Background: The nucleus accumbens (NAc) controls multiple facets of impulsivity but is a heterogeneous brain region with diverse microcircuitry. Prior literature links impulsive behavior in rodents to gamma-aminobutyric acid signaling in the NAc. Here, we studied the regulation of impulsive behavior by fast-spiking interneurons (FSIs), a strong source of gamma-aminobutyric acid–mediated synaptic inhibition in the NAc. Methods: Male and female transgenic mice expressing Cre recombinase in FSIs allowed us to identify these sparsely distributed cells in the NAc. We used a 5-choice serial reaction time task to measure both impulsive action and sustained attention. During the 5-choice serial reaction time task, we monitored FSI activity with fiber photometry calcium imaging and manipulated FSI activity with chemogenetic and optogenetic methodology. We used electrophysiology, optogenetics, and fluorescent in situ hybridization to confirm these methods were robust and specific to FSIs. Results: In mice performing the 5-choice serial reaction time task, NAc FSIs showed sustained activity on trials ending with correct responses, but FSI activity declined over time on trials ending with premature responses. The number of premature responses increased significantly after sustained chemogenetic inhibition or temporally delimited optogenetic inhibition of NAc FSIs, without any changes in response latencies or general locomotor activity. Conclusions: These experiments provide strong evidence that NAc FSIs constrain impulsive actions, most likely through gamma-aminobutyric acid–mediated synaptic inhibition of medium spiny projection neurons. Our findings may provide insight into the pathophysiology of disorders associated with impulsivity and may inform the development of circuit-based therapeutic interventions.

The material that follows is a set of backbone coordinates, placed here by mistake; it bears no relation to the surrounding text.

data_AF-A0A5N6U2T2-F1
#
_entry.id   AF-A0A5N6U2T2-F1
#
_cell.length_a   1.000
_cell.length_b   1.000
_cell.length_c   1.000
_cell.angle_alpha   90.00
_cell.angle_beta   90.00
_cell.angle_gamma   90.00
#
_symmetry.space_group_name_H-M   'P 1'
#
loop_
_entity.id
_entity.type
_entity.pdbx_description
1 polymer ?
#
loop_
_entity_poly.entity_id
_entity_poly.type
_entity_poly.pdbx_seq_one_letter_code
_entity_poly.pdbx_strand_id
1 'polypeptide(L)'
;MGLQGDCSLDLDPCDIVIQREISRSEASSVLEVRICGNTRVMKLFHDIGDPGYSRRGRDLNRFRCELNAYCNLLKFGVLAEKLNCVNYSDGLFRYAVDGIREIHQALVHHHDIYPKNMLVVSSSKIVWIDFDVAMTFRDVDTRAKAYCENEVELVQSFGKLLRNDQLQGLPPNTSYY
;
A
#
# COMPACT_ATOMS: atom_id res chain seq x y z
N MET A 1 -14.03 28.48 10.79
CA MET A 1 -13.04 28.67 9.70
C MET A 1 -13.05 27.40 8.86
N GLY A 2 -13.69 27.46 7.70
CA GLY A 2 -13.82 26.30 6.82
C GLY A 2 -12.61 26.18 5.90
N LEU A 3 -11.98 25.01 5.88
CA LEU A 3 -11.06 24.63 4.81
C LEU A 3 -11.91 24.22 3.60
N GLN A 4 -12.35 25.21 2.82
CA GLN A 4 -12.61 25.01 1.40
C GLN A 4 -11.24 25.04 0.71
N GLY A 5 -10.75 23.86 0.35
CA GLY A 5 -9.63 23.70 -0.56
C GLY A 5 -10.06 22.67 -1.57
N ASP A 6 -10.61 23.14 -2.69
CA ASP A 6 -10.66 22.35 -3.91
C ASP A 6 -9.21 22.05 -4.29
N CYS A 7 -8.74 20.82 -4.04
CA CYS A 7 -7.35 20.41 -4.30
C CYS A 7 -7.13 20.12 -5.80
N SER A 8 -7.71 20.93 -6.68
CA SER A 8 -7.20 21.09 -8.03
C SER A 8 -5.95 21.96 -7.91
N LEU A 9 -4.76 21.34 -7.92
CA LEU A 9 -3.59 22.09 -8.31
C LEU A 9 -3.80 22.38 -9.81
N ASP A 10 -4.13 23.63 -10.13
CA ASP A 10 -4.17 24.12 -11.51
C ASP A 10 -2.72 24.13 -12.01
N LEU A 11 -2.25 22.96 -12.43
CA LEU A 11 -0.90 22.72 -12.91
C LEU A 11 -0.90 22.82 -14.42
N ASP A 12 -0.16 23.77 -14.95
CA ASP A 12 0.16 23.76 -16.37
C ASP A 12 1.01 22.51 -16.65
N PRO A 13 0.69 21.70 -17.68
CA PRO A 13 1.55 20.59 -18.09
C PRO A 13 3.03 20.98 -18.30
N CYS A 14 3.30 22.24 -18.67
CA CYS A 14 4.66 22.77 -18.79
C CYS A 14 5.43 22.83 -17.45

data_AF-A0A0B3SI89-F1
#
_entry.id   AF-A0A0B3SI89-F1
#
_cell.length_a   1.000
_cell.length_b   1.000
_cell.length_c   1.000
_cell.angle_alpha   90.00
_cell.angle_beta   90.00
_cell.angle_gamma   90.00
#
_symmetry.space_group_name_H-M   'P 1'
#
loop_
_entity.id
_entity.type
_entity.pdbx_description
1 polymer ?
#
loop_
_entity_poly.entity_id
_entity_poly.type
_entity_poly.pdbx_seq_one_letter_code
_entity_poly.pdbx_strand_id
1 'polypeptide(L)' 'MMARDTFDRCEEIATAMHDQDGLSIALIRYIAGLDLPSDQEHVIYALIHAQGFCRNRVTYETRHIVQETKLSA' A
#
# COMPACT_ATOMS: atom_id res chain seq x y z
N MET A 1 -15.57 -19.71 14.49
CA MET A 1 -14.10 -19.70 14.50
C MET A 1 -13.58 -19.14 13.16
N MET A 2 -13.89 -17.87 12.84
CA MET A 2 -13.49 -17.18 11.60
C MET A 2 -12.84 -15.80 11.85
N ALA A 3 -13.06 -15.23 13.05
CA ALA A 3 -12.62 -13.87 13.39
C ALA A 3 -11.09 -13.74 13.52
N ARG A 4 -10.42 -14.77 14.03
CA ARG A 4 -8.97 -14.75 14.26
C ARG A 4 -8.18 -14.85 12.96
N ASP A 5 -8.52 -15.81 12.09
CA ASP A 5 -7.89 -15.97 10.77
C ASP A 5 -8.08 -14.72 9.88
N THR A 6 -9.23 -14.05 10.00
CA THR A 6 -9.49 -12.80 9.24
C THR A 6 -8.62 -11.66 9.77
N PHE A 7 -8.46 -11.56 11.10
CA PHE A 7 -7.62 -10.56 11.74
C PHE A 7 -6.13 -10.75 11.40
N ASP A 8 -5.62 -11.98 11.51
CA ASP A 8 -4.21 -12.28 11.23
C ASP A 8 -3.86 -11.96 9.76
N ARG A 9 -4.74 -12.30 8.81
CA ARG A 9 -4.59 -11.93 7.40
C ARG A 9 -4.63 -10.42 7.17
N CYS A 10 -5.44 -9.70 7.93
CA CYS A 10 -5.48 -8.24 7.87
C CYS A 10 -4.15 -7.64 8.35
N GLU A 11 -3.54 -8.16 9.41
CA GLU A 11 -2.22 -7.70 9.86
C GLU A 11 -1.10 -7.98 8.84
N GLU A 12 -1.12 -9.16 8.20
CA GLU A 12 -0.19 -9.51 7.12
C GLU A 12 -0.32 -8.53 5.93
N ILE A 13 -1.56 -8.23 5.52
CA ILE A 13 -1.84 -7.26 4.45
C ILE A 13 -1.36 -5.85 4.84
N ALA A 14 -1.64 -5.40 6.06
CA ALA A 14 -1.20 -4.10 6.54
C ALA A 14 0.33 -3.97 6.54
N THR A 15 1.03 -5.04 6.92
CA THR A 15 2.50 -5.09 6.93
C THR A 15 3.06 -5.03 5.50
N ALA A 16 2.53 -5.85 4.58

Bibliographical noteFunding Information:
This work was supported by the University of Minnesota's MnDRIVE (Minnesota's Discovery, Research and Innovation Economy) initiative (to MTP, BHT, and PER), National Institutes of Health Grant Nos. F32MH118794 (to MTP) and R00DA037279 (to PER), the Whitehall Foundation (to PER), a NARSAD Young Investigator Grant from the Brain and Behavior Research Foundation (to PER), and an MQ Fellows Award (to PER). The University of Minnesota MnDRIVE Optogenetics Core provided technical support for fiber photometry experiments. Some of the viral vectors used in this study were generated by the University of Minnesota Viral Vector and Cloning Core, as well as the Stanford University Gene Virus and Vector Core. We thank Justin Lines for fiber photometry analysis troubleshooting; Eshaan Iyer for early piloting of the 5-choice serial reaction time task; Sowmya Narayan and Sumyuktha Vijay for assistance with behavioral experiments; Drs. Rocio Gomez-Pastor and Esther Krook-Magnuson for sharing advice and reagents; and Carlee Toddes and Dieter Brandner for helpful discussion of the manuscript. A preprint version of this manuscript is available on bioRxiv (https://doi.org/10.1101/516609). The authors report no biomedical financial interests or potential conflicts of interest.
This work was supported by the University of Minnesota’s MnDRIVE (Minnesota’s Discovery, Research and Innovation Economy) initiative (to MTP, BHT, and PER), National Institutes of Health Grant Nos. F32MH118794 (to MTP) and R00DA037279 (to PER), the Whitehall Foundation (to PER), a NARSAD Young Investigator Grant from the Brain and Behavior Research Foundation (to PER), and an MQ Fellows Award (to PER).
© 2019 Society of Biological Psychiatry
Copyright 2019 Elsevier B.V., All rights reserved.
- Fiber photometry
- Nucleus accumbens